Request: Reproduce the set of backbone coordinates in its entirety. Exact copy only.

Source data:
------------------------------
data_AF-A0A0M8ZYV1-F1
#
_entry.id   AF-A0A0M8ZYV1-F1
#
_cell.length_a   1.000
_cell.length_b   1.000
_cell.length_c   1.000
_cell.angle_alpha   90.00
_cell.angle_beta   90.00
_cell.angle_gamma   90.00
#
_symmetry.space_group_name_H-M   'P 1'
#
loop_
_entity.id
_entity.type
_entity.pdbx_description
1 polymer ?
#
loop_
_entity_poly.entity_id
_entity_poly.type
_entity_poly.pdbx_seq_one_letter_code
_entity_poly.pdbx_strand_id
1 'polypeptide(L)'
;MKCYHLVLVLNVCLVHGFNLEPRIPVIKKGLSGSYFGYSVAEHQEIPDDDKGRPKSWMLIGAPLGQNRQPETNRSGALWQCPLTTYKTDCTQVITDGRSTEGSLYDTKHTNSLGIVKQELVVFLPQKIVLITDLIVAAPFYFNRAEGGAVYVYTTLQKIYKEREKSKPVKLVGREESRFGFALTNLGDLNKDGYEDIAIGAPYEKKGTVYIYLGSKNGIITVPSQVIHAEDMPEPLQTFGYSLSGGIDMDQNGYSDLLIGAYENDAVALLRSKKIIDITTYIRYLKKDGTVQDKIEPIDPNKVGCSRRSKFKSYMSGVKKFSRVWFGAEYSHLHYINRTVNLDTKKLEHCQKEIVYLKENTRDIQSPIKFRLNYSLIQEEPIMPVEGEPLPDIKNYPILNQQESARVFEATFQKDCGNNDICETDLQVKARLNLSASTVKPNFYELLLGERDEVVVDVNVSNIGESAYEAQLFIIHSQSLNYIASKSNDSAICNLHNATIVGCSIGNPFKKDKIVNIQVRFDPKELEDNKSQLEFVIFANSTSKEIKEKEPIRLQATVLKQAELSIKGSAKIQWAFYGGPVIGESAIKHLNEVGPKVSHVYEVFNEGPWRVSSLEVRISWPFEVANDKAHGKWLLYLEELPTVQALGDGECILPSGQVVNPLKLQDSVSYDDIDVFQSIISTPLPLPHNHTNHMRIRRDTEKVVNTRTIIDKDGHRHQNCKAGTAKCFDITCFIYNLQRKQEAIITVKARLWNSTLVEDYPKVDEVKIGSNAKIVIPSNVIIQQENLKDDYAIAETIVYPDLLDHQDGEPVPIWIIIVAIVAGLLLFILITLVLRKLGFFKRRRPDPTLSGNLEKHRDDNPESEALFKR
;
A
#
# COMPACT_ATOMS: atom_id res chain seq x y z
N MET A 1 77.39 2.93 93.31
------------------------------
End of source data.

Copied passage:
data_AF-A0A0M8ZYV1-F1
#
_entry.id   AF-A0A0M8ZYV1-F1
#
_cell.length_a   1.000
_cell.length_b   1.000
_cell.length_c   1.000
_cell.angle_alpha   90.00
_cell.angle_beta   90.00
_cell.angle_gamma   90.00
#
_symmetry.space_group_name_H-M   'P 1'
#
loop_
_entity.id
_entity.type
_entity.pdbx_description
1 polymer ?
#
loop_
_entity_poly.entity_id
_entity_poly.type
_entity_poly.pdbx_seq_one_letter_code
_entity_poly.pdbx_strand_id
1 'polypeptide(L)'
;MKCYHLVLVLNVCLVHGFNLEPRIPVIKKGLSGSYFGYSVAEHQEIPDDDKGRPKSWMLIGAPLGQNRQPETNRSGALWQCPLTTYKTDCTQVITDGRSTEGSLYDTKHTNSLGIVKQELVVFLPQKIVLITDLIVAAPFYFNRAEGGAVYVYTTLQKIYKEREKSKPVKLVGREESRFGFALTNLGDLNKDGYEDIAIGAPYEKKGTVYIYLGSKNGIITVPSQVIHAEDMPEPLQTFGYSLSGGIDMDQNGYSDLLIGAYENDAVALLRSKKIIDITTYIRYLKKDGTVQDKIEPIDPNKVGCSRRSKFKSYMSGVKKFSRVWFGAEYSHLHYINRTVNLDTKKLEHCQKEIVYLKENTRDIQSPIKFRLNYSLIQEEPIMPVEGEPLPDIKNYPILNQQESARVFEATFQKDCGNNDICETDLQVKARLNLSASTVKPNFYELLLGERDEVVVDVNVSNIGESAYEAQLFIIHSQSLNYIASKSNDSAICNLHNATIVGCSIGNPFKKDKIVNIQVRFDPKELEDNKSQLEFVIFANSTSKEIKEKEPIRLQATVLKQAELSIKGSAKIQWAFYGGPVIGESAIKHLNEVGPKVSHVYEVFNEGPWRVSSLEVRISWPFEVANDKAHGKWLLYLEELPTVQALGDGECILPSGQVVNPLKLQDSVSYDDIDVFQSIISTPLPLPHNHTNHMRIRRDTEKVVNTRTIIDKDGHRHQNCKAGTAKCFDITCFIYNLQRKQEAIITVKARLWNSTLVEDYPKVDEVKIGSNAKIVIPSNVIIQQENLKDDYAIAETIVYPDLLDHQDGEPVPIWIIIVAIVAGLLLFILITLVLRKLGFFKRRRPDPTLSGNLEKHRDDNPESEALFKR
;
A
#
# COMPACT_ATOMS: atom_id res chain seq x y z
N MET A 1 77.39 2.93 93.31